|Sinar Surya||Solo piano||Solo Instrumental|
"Sinar Surya" means “sun shaft” and is the name of a ship that sailed the Spice Islands of Indonesia in the 1970’s. When I compose, I often begin with an extra-musical concept as a point of departure. I chose this one because of the parallels that can be drawn between composing and performing a new piece of music and setting sail on a voyage. Plotting a course insures some predictability but there are always variables that make that course a challenge, and a different one, every time it is taken.
|Sound Like This, A||Nine-part male voices||Choral|
I created "A Sound Like This" for the superb male vocal ensemble Cantus. Former Artistic Director Erick Lichte and I had a vision for a piece that would beckon the audience to “listen.” I chose Robert Bly's translations of 15th-century Indian mystic/poet Kabir because they so eloquently and powerfully achieved this goal. They also resonated with me on a deep level, and spoke to my core life philosophy: that one must actively listen, seek, think, hope, and jump into experience. Composed for an ensemble of soloists, the piece features duos and trios to enhance the voices’ colors and textures.
|Spark!||Clarinet, piano and two percussionists||Chamber|
I wrote this piece during a very stressful, transitional period in my life. I thought for a while that I had lost my ability to compose, my ability to be inspired. “Spark!” was the piece that broke through that mental block. It came as a welling-up of energy that I needed to express. It’s about cause and effect, how one thing charges another, and how one sound can ricochet off of another. A tiny spark can create a blaze.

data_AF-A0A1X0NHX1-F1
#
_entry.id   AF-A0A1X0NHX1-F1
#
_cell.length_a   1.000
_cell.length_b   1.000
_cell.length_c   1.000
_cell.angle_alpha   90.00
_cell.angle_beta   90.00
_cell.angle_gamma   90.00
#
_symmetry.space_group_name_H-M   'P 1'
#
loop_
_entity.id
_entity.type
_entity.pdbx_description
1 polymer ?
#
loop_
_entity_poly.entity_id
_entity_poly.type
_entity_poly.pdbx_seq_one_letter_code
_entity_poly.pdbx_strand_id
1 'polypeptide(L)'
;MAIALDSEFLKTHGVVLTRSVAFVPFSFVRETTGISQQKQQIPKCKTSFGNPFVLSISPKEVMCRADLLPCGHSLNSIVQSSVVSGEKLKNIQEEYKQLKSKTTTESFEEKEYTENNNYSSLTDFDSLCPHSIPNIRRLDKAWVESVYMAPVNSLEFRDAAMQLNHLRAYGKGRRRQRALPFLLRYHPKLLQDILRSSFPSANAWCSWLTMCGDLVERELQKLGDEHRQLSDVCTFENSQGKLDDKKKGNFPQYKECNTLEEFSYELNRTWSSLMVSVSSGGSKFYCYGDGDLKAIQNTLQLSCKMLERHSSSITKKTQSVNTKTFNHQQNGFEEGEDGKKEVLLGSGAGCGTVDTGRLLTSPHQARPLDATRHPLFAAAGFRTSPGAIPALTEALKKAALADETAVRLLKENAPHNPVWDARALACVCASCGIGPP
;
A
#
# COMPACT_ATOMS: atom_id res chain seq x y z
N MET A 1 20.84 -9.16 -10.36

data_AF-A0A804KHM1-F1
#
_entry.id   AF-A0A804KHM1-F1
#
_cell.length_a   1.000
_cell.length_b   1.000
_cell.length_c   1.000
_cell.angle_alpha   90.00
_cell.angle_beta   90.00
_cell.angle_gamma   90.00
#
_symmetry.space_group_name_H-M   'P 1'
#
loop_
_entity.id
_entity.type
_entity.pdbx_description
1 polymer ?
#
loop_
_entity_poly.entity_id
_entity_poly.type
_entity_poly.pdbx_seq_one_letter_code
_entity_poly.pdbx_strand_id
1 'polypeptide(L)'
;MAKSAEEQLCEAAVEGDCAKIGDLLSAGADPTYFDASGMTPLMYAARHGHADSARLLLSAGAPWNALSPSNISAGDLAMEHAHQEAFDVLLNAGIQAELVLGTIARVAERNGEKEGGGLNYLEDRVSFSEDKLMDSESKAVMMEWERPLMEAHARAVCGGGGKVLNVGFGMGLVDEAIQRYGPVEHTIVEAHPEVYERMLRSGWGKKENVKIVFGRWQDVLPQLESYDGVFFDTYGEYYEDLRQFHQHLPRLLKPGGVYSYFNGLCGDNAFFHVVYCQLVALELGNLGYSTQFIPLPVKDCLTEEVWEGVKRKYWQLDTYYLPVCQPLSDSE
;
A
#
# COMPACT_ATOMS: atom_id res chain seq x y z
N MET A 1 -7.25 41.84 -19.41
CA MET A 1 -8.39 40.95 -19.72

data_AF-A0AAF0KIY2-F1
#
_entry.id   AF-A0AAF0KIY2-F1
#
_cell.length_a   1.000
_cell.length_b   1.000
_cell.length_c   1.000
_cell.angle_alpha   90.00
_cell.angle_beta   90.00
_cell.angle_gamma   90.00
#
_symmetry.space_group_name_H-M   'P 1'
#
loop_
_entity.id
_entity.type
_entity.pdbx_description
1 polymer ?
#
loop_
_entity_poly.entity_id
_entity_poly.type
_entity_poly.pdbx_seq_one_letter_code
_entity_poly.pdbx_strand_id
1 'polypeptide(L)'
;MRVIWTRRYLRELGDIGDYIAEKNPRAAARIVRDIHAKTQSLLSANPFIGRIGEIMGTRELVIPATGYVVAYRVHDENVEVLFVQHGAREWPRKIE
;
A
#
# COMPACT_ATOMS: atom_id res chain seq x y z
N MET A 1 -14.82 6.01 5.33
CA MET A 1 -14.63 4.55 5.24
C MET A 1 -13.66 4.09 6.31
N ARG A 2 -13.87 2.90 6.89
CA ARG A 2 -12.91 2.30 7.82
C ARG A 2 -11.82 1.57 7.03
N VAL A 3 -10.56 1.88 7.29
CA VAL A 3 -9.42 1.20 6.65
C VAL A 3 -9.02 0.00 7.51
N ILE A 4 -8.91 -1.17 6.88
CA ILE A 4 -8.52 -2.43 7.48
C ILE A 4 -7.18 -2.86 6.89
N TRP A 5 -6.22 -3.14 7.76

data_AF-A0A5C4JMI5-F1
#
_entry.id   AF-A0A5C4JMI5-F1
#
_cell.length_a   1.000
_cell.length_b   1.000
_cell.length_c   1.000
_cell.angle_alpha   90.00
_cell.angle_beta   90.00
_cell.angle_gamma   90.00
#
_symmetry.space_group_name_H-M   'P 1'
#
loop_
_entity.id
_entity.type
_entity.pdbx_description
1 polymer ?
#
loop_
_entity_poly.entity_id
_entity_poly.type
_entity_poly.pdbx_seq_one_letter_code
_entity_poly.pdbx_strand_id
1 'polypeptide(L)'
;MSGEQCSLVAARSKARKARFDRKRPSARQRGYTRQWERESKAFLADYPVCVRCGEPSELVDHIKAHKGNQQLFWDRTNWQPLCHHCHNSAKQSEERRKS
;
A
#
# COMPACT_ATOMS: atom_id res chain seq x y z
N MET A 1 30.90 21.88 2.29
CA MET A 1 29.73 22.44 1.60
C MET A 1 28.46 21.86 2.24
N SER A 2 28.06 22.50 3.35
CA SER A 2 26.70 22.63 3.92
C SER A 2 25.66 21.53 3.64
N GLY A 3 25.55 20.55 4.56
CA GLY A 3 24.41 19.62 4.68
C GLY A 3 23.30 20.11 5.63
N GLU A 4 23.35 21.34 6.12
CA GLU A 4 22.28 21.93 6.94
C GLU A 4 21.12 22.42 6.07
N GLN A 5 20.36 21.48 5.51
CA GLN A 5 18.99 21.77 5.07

|Splash! Leap!||SSAA and piano||Choral|
“Splash! Leap! is a result of planets aligning just right! After a dinner meeting with some Twin Cities Women’s Choir fly fishing enthusiasts, I set out to find a text that would do justice to the banter about being one with nature, being fully present and alive, playfulness, and the beauty of interplay between water, light and fishing line. I found a gem in Ailm Travler’s essay, "Run-Off", from an anthology entitled “A Different Angle" : Fly Fishing Stories by Women. Like Travler (a.k.a. Peggy Beck), I have tried to capture both playful and meditative feelings in my piece.
|St. Lucia 4:15 a.m.||Tape and variable instruments||Mixed Media|
It is December 21st, 2006, the longest day of the year on the overgrown sand-dunes of Saint Lucia, South Africa. Today, in the triple-canopy broadleaf rainforest on the coast of the Indian Ocean, the sun rises at 4:19 a.m. In order to capture a surround-sound recording of the coming “dawn chorus” of birdsong, our party must be up and in position by 3:45 a.m. Fortunately, African Wood-Owls sound off noisily in our camp before we can over-sleep our alarms. Then, beginning at 4:15 a.m., the drama of sounds unfurls around us. This piece is a collaborative project between Edie Hill and field ornithologist and clarinetist Andrew Lamy.